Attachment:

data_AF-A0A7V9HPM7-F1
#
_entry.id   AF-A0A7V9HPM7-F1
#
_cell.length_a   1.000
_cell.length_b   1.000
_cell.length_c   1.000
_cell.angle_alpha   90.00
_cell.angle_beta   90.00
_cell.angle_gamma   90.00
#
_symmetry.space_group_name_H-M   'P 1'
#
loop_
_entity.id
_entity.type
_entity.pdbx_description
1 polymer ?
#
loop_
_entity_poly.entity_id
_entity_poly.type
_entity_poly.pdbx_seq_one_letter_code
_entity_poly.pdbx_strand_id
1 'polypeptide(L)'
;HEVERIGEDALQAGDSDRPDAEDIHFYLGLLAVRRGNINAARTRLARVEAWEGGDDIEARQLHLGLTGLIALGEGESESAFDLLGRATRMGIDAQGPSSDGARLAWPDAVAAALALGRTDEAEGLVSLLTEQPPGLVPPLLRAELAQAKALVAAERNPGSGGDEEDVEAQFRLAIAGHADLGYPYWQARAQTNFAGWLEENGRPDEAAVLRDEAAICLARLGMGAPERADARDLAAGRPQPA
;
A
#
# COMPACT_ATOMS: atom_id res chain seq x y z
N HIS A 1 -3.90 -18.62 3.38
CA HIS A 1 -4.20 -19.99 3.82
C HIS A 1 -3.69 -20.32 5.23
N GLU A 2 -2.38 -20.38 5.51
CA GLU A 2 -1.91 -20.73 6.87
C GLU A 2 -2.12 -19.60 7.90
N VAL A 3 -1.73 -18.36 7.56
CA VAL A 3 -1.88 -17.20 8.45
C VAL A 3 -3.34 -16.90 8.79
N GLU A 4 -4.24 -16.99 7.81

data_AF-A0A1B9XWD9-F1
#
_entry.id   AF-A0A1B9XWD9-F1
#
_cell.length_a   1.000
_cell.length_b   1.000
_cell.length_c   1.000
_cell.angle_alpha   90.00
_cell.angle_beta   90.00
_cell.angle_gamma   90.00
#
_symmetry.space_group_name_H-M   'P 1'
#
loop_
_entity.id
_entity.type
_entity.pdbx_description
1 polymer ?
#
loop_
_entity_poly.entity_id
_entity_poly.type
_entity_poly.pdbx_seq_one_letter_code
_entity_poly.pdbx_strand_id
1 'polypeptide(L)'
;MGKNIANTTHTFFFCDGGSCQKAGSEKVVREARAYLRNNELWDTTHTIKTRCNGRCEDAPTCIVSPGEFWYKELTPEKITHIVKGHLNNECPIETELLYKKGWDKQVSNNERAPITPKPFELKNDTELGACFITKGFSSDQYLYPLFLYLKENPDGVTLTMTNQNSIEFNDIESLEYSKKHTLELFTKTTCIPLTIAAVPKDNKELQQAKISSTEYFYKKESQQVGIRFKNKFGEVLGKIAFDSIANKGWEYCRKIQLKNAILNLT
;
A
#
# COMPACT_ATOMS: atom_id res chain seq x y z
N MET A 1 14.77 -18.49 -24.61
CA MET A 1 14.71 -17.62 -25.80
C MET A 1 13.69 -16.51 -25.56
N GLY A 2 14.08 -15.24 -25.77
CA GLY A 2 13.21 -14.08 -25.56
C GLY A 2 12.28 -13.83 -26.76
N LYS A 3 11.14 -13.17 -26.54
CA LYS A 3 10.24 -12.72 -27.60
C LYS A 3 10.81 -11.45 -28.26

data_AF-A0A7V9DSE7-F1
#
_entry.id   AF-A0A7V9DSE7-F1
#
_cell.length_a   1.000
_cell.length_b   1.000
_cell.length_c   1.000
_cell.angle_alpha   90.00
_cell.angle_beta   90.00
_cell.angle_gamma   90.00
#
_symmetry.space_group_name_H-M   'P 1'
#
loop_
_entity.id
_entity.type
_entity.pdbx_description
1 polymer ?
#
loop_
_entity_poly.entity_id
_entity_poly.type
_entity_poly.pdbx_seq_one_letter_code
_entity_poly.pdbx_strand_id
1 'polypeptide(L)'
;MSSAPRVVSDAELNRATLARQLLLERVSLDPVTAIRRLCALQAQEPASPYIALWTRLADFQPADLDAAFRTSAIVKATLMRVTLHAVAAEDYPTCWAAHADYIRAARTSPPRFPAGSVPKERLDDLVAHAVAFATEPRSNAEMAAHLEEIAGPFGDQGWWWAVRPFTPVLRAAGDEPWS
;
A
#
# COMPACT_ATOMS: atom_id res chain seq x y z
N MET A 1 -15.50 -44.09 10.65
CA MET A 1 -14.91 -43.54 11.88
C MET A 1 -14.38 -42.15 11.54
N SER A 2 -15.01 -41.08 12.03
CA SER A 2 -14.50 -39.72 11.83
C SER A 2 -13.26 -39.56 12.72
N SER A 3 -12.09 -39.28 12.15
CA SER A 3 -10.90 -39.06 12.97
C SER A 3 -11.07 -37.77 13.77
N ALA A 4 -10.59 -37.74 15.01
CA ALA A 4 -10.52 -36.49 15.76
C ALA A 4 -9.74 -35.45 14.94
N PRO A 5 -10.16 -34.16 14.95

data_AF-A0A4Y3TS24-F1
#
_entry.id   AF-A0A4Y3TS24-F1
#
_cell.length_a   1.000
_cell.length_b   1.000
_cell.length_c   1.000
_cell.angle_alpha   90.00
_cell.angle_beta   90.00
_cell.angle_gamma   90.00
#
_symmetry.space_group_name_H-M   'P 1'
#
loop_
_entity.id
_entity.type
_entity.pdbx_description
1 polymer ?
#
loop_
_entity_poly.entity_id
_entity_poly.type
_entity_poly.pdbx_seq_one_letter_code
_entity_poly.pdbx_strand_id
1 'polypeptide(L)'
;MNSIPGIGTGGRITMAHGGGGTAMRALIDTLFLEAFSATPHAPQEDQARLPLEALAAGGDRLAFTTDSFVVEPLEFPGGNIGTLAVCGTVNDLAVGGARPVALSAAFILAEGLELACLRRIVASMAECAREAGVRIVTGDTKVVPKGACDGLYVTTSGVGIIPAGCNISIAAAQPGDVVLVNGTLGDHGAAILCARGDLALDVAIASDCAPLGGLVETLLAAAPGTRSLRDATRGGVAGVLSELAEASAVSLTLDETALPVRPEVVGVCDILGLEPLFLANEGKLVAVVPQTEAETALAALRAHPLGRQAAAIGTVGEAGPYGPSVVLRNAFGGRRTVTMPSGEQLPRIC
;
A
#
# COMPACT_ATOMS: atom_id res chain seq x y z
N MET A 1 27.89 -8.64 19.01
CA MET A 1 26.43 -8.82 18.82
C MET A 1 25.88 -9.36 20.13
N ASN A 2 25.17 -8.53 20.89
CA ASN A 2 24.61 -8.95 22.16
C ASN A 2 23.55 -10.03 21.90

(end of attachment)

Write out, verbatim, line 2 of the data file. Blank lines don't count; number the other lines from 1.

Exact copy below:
#